I start the fire in the oven about an hour before baking. During this time, the internal oven temp reaches  about 300-350C(570- 660f) and the floor is about 350-400C (650f- 750). By then the coals will have burnt down, and i push them to either side of the oven's fire box. See photo - http://aromaticembers.com/Images/Product%20Images/Medium%20Oven%20Web%20and%20Ebay/Medium%20Oven%20Small/DSC00251.JPG
This is not my photo. Usually my coals are a bit smaller and more burnt down

When the deck is down to 350C (660f) I put my first Pizza in. After about a minute, I transfer it to the top wire rack and finish it off.


I am thinking of replacing the wire rack with another level of fire bricks. This will hopefully lower the deck temperature and increase the heat to the top. However, it will take some time and money to do this, so I want to see if there are other issues with my process that I can address first.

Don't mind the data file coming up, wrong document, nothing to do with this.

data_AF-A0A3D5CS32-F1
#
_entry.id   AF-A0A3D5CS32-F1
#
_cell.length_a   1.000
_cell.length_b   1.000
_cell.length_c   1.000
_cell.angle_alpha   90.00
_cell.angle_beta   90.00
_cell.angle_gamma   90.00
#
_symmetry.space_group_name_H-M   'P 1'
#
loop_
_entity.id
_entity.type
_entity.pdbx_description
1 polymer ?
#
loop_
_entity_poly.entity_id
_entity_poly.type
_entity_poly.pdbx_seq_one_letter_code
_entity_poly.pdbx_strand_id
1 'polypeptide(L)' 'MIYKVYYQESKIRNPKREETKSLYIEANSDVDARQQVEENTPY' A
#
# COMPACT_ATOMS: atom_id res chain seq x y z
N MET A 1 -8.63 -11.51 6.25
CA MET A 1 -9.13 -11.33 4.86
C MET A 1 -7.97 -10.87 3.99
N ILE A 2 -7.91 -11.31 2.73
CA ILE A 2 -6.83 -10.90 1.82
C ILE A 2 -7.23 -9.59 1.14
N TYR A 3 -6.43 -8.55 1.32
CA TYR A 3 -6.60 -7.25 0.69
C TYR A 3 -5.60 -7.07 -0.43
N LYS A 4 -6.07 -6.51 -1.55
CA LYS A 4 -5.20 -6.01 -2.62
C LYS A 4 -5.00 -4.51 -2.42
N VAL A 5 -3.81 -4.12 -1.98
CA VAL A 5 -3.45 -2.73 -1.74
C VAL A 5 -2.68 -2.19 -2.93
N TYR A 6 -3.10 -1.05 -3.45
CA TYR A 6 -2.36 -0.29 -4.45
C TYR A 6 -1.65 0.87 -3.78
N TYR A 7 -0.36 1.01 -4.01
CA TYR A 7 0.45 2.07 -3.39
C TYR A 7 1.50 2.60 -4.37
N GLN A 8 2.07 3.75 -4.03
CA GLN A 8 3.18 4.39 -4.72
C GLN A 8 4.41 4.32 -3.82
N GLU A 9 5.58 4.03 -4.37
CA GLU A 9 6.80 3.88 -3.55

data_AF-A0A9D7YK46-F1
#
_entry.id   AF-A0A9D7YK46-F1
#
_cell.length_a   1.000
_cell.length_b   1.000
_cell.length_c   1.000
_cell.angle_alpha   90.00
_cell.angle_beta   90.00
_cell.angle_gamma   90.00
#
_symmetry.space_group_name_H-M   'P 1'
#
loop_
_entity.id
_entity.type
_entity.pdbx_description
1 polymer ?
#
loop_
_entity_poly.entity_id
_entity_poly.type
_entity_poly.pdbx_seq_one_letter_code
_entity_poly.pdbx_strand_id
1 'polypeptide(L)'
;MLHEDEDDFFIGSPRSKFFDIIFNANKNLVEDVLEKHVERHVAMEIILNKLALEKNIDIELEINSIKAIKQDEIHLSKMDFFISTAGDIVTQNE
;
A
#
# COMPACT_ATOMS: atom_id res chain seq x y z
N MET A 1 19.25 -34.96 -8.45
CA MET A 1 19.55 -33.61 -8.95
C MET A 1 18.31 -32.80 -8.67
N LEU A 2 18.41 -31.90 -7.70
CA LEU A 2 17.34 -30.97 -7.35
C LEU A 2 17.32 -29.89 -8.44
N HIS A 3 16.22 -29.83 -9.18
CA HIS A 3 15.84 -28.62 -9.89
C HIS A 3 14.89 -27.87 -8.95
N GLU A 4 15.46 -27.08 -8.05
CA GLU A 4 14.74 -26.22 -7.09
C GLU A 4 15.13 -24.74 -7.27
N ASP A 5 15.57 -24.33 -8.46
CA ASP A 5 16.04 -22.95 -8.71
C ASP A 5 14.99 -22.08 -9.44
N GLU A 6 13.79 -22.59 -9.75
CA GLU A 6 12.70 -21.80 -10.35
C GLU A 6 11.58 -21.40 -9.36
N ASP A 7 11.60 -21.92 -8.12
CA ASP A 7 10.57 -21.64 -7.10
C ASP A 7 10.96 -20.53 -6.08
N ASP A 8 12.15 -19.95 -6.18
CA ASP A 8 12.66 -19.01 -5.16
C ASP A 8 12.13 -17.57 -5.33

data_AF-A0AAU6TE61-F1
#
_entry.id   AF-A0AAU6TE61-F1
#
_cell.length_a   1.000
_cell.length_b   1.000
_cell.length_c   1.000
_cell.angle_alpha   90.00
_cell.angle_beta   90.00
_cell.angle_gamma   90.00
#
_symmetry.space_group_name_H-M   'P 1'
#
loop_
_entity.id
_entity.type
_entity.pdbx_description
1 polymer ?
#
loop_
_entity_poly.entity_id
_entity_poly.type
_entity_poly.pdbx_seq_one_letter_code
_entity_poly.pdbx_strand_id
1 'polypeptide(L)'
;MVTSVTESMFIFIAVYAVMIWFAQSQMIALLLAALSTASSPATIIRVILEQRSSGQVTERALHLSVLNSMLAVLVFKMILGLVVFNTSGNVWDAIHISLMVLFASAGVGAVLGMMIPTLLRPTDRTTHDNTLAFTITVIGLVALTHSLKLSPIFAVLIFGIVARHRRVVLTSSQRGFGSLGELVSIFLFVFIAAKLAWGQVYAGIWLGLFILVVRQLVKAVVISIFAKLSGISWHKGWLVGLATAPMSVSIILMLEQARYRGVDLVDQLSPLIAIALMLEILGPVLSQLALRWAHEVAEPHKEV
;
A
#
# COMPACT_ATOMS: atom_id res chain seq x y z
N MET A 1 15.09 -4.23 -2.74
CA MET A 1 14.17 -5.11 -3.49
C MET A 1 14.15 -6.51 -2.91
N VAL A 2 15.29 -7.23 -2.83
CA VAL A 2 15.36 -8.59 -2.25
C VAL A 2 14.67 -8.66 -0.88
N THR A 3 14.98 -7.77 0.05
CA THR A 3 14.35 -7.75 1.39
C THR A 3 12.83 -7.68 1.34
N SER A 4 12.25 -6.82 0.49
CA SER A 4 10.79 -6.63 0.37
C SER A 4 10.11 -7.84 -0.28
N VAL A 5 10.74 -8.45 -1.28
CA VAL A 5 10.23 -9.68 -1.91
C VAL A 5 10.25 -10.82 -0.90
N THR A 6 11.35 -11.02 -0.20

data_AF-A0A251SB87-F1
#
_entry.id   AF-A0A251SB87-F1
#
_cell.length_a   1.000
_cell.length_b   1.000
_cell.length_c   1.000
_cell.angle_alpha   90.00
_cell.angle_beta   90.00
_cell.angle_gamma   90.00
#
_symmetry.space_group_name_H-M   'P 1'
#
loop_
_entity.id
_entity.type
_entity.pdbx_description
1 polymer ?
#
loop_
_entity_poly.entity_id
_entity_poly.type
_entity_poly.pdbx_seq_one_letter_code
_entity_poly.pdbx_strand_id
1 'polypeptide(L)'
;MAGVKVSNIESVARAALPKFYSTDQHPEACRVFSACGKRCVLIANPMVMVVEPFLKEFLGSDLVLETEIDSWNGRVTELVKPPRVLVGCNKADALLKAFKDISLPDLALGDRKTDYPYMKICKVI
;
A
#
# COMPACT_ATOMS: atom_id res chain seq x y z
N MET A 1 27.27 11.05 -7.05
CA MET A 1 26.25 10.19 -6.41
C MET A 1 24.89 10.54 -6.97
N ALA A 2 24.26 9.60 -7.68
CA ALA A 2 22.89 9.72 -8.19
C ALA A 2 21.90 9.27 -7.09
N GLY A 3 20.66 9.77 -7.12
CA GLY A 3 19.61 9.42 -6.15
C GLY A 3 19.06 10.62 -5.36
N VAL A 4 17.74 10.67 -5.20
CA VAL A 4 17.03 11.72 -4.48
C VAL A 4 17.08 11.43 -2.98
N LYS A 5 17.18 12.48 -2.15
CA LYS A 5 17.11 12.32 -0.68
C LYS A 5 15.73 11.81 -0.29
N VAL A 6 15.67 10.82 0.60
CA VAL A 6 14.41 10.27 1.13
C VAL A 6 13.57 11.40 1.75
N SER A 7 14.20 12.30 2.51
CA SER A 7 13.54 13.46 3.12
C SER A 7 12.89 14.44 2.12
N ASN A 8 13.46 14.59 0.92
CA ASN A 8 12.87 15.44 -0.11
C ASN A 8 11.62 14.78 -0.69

« Last Edit: August 19, 2014, 08:33:42 PM by gingerbeerd »


Online TXCraig1

  • Registered User
  • Posts: 12737
  • Location: Houston, TX
Re: Burnt Bottom, raw middle and little rise
« Reply #1 on: August 19, 2014, 08:48:07 PM »
My suggestions:

- Change to IDY or to room-temp fermentation. My guess is that using SD in the fridge is the biggest part of your little rise an bubbles problem. How much rise are you getting in the dough by the time you bake?
- Drop your hydration down to 61%
- Forget about the wet knead. It's not doing anything for you.
- Can you bake on the bricks down by the fire? I'd try pushing the coals to one side and baking down there

When do you ball the dough?
What sort of flour do you use?
Pizza is not bread.

Offline gingerbeerd